Researchers at the Children's Hospital of the King's Daughters, Norfolk, VA conducted a retrospective chart review on patients referred with the clinical complaint of recurrent abdominal pain, and ICHD-2 criteria were applied to identify those fulfilling criteria for abdominal migraine (AM). Of 458 patients with chronic, idiopathic, recurrent abdominal pain, only 20 (4.4%) met ICHD-2 criteria for AM and another 50 (11%) had probable AM, lacking at least one criterion for the diagnosis. No child seen in this gastroenterology practice between 1/1/2006 and 12/31/2007 had been diagnosed with AM during the 2-year observation period. AM is under-diagnosed in the US. Increased awareness of cardinal features of AM may result in improved diagnosis and early use of specific therapy. ICHD-2 2004 criteria for AM are listed as follows: A. At least 5 attacks with criteria B-D; B. Abdominal pain lasting 1-72 hrs; C Abdominal pain in midline, periumbilical, dull, and moderate or severe; D. At least 2 of the following during pain: anorexia, nausea, vomiting, pallor; E. Pain is not attributed to another disorder, and gastrointestinal or renal disease has been ruled out. [1]

COMMENT. Reasons for exclusion from the diagnosis of abdominal migraine included irritable bowel syndrome (41%), renal disease (4%), pre-existing neurologic disorder (7%), inflammatory bowel disease (16%), eosinophilc esophagitis (4%), and "other" (28%), including food allergies, celiac disease, cystic fibrosis, autism spectrum disorder, and anatomic abnormalities. The differential diagnosis of chronic recurrent abdominal pain in children is broad and may require the expertise of pediatrician, gastroenterologist, psychiatrist, and neurologist. Diagnosis is based on exclusion criteria and positive criteria. Positive ICHD-2 criteria for AM are listed above. Among the neurologic disorders sometimes causative, abdominal epilepsy may be differentiated from migraine by the occurrence of other features of partial seizures, the family history, and an EEG showing interictal epileptiform discharges. Migraine and epilepsy are uncommon causes of recurrent abdominal pain, and investigation of other causes is paramount. My last consultation on a case of recurrent abdominal pain referred for EEG and exclusion of abdominal epilepsy eventually proved to have pancreatitis necessitating surgery.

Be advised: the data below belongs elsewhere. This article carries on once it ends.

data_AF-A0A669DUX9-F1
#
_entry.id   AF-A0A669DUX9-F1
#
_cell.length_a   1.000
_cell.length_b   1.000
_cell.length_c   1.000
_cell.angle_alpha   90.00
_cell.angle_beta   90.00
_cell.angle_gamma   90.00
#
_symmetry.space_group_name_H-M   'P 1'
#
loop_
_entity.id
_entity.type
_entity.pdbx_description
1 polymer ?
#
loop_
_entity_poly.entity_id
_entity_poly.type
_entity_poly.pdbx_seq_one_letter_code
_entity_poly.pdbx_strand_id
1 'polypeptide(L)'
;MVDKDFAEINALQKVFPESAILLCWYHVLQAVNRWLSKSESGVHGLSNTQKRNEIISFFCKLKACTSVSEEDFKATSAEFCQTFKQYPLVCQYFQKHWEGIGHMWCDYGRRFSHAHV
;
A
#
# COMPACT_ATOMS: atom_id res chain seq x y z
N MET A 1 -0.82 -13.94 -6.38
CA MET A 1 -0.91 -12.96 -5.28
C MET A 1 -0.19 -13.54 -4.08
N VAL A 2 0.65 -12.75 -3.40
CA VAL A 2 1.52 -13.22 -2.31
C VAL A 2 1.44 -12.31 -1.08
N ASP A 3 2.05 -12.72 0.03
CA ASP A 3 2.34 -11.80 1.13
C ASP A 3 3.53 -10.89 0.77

Childhood abuse and migraine. Neurologists at the Universities of Toledo, OH and Johns Hopkins, Baltimore, MD, review the neurobiological effects of abuse on brain function and structure in relation to migraine [2]. A possible role of early life stress on the pathogenesis of migraine may impact girls more than boys and may become hard-coded into the genome, leading to migraine at a later age. The emerging field of epigenetics may suggest new treatment strategies such as serotonin-specific reuptake inhibitors that reverse effects of maltreatment and decrease the corticotropin releasing hormone response to stress.